Imagine that you live in a medium-sized market town. Perhaps there are 9,000-12,000 inhabitants. That means there is a high probability that there are around 6,500-7,000 fossil-fuel-burning vehicles chuffing around in an area of roughly 1.5 square miles.
OK, you'll point out, but they aren't all on the road at once. True enough, but perversely there will be more gas-guzzlers in rural towns than in major urban conurbations. Especially if they are affluent.
And you thought you's escaped the big smoke to live in a bucolic paradise.
There is another way.
The average town of this size will take 20-25 minutes for an average walker to traverse from one extremity to the other. That means 10-15 minutes to walk from an extremity to the centre. If you use a bicycle, that will come down to roughly a third of that for an unfit cyclist.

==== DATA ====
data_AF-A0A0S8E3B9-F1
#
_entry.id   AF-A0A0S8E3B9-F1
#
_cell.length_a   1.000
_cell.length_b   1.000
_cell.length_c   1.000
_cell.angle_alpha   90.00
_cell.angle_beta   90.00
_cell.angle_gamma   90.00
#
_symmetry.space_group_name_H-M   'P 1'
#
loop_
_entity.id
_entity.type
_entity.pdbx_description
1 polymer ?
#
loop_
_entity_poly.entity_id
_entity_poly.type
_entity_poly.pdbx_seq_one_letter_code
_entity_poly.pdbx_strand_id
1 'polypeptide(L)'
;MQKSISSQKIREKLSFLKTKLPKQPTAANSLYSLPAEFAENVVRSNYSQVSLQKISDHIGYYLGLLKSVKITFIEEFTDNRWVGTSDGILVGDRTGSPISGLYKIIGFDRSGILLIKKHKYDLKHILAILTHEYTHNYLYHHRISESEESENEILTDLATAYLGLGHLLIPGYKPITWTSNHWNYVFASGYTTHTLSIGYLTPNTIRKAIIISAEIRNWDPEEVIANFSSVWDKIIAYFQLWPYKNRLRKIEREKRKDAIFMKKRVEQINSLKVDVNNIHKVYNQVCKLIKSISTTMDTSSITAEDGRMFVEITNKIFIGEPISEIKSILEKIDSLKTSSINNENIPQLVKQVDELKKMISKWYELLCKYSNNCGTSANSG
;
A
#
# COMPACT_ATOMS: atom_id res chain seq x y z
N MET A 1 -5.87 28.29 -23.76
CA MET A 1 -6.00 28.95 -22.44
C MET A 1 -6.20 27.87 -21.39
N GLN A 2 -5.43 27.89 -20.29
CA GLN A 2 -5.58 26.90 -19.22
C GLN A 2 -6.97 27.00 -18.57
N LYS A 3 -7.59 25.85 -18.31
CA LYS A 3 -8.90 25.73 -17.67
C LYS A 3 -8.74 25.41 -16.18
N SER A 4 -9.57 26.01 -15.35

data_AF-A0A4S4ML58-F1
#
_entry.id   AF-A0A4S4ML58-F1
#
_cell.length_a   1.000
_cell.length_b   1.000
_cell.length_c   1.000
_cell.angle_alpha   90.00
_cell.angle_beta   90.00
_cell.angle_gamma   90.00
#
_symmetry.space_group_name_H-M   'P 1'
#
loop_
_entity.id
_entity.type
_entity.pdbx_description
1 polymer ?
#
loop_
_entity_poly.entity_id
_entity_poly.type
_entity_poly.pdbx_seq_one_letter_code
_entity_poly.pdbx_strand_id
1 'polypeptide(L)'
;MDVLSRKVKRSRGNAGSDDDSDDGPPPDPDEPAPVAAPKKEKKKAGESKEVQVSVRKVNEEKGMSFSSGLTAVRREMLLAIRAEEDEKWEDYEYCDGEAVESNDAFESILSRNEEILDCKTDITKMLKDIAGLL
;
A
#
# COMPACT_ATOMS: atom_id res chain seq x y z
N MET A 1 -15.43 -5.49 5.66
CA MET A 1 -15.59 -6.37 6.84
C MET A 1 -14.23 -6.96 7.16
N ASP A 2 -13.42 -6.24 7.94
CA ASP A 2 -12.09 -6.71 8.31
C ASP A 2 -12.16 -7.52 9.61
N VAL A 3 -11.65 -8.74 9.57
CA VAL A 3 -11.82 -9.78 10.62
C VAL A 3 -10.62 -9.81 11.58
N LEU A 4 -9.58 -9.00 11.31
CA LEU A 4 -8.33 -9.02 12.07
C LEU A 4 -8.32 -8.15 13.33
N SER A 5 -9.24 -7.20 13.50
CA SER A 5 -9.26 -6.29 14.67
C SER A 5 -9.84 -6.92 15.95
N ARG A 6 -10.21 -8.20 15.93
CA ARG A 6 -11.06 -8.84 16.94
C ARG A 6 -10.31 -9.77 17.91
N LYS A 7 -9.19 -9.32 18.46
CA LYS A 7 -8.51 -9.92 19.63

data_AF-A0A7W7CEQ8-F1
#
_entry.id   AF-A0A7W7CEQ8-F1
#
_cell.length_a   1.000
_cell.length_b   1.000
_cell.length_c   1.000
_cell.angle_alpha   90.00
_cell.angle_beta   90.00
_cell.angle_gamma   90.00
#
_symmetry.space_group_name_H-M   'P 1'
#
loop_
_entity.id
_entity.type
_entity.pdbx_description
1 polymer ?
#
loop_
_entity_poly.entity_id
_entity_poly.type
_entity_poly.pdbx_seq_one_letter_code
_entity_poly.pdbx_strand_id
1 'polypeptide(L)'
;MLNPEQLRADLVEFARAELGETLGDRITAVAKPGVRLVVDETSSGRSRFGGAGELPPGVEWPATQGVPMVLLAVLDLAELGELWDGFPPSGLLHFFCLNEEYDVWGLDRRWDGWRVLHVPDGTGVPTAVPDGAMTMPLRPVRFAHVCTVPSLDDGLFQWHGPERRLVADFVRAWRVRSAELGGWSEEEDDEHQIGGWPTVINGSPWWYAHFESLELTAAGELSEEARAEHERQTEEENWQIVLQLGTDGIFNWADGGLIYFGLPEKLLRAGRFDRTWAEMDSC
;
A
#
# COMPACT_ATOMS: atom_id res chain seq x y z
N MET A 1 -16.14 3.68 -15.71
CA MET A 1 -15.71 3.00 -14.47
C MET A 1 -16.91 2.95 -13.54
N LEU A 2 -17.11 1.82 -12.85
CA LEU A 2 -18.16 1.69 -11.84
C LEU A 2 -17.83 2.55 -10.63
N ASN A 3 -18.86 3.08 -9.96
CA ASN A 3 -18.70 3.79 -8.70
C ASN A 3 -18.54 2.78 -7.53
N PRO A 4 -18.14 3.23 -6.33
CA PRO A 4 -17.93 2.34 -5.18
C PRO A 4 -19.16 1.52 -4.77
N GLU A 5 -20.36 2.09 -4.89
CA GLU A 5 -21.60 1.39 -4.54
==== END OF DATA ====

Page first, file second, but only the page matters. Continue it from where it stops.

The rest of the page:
So we're talking about less than 7 minutes to get anywhere in the town and 3-4 minutes to get to the centre. If you drove it would take a minute or two to park the car and you'd be missing out on the sociability and health benefits of being out there in the open.
For wheelchair users the latent time and effort to get the chair in and out of a vehicle at either end would be pretty off-putting, too. So the benefits of being out and about in the fresh air are lost to many people who most deserve them.
Confirmed car addicts will point at horrible road surfaces and unsafe routes. They will have a point.
Which is why we have to start now to correct those things. It doesn't have to be like that. If we have the will we can make it happen and turn our towns into healthier and nicer places in which to live.
Coming next: How we can achieve this with the 15-minute rule in town planning ...